Is Organic Food Really Healthier?

What exactly is organic food, and how is it different from naturally produced ones? The main difference between the two is how they are grown. Common farming methods for fruits and vegetables and livestock involve using a variety of synthetic and chemically produced fertilizers, pesticides, hormones and medications that either speed up growth and production or make up for extreme living conditions.

Organic farming makes use of manure and compost, crop rotation, and mulching for fresh produce and makes use of GMO feeds and growth hormones for livestock.

Although countless studies have been done to prove whether organic food is better, it may not technically be healthier. The difference between the two isn’t extreme. Some studies prove that they have found more antioxidants (about 60% more) and micronutrients in organically grown fruits and vegetables, but other nutrients don’t show much of a difference. Results vary greatly due to various handling practices.

One study shows though that the use of natural, non-synthetic pesticides makes plants produce their own protective compounds to ward off insects and other animals. These compounds could, in fact, be beneficial to humans helping improve our own immune systems once ingested.

Another thing to consider is that for conventionally grown produce, they are less exposed to nitrogen, which they would normally get from synthetic fertilizer. The tendency then is that organically grown produce would take longer to grow. Slow growth would mean a greater concentration of certain vitamins. A study done at the University of California, Davis in 2008 shows that organically grown tomatoes, due to the more lengthy time of production, would, in turn, produce double the amount of quercetin, a flavonoid that supposedly prevents cancer, heart diseases, and other circulation problems.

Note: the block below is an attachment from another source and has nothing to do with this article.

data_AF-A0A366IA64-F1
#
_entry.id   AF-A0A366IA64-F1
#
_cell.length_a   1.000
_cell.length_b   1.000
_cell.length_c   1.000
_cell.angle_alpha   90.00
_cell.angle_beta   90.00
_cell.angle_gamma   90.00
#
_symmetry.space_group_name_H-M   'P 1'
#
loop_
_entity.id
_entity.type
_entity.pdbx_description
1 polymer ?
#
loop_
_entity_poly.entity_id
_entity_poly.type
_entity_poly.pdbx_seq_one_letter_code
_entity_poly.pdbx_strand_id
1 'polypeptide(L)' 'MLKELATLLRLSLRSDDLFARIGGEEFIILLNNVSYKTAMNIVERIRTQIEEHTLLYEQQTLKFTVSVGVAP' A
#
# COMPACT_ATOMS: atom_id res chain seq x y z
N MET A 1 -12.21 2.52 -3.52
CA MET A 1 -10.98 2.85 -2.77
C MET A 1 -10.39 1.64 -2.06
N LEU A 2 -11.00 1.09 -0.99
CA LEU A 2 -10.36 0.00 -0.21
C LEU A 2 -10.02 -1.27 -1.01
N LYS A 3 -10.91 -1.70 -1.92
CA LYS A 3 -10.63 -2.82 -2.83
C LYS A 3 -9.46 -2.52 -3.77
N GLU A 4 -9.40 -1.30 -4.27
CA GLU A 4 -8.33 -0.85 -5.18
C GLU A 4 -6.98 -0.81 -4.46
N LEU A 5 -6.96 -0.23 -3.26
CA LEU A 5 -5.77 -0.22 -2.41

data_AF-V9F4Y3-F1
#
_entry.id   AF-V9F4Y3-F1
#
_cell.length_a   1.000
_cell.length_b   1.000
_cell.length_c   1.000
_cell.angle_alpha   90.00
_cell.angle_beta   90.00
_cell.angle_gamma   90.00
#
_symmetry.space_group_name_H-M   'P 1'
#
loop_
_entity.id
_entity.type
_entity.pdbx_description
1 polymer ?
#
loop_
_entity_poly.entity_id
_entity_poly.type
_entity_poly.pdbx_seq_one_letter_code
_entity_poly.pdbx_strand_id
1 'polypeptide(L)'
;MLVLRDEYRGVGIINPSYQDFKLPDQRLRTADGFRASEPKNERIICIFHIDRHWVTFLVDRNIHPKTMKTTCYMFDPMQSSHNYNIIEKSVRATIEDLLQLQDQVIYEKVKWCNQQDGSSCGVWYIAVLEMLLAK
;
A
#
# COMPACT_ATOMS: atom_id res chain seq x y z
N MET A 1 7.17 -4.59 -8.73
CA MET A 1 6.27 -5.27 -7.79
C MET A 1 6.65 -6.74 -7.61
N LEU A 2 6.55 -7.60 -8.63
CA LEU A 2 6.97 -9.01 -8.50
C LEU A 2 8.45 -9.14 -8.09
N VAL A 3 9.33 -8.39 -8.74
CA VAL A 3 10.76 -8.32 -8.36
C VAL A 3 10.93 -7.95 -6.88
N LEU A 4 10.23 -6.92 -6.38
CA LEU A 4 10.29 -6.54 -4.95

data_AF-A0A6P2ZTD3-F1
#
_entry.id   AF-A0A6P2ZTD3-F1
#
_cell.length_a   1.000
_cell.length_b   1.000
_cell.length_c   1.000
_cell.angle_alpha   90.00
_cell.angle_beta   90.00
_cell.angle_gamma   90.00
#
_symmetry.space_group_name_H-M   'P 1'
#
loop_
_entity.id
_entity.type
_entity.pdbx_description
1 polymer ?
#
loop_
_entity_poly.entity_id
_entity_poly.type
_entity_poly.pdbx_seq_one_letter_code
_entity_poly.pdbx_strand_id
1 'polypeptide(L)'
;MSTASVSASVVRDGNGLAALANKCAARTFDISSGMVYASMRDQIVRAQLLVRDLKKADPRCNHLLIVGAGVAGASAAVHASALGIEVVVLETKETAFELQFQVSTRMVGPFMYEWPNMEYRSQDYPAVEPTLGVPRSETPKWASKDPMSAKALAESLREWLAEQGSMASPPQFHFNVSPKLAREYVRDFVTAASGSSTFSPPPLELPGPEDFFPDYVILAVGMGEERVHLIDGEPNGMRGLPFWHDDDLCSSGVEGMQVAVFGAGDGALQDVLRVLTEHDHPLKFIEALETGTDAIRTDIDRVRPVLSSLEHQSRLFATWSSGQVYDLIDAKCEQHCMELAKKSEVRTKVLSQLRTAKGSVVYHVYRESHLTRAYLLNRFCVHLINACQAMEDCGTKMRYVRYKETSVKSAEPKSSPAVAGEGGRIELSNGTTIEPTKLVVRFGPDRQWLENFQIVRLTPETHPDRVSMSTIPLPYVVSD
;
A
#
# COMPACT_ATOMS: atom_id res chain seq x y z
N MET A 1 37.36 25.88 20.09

For organic livestock, they are given more freedom and time to grow naturally and will, therefore, produce a lot more omega-3 fatty acids.

To tell you truthfully, the vitamin E level difference wasn’t much between organic and normally produced. In fact, protein in organic wheat was deemed much less than in synthetically grown ones.

So, advantages to tipping the scale in either direction was more a reflection of a seesaw than anything else.

More and more studies are being done annually on whether or not organic is the way to go if you’re purely considering a food’s health benefits, but there could be other reasons as to why people pick organic.

It has less of a negative impact on the environment and takes into account land’s sustainability more than production. Although it does take care of the land in the long term, does it help our farmers and their production? Due to organic farming being more tedious and lengthy, many say that in terms of overall costs on land and time for people, it’s the non-organic food that ends up costing less.

But if your concern is purely for health reasons, then the main thing to consider is not whether a food item is organic or not. It is more what you eat that’s important.

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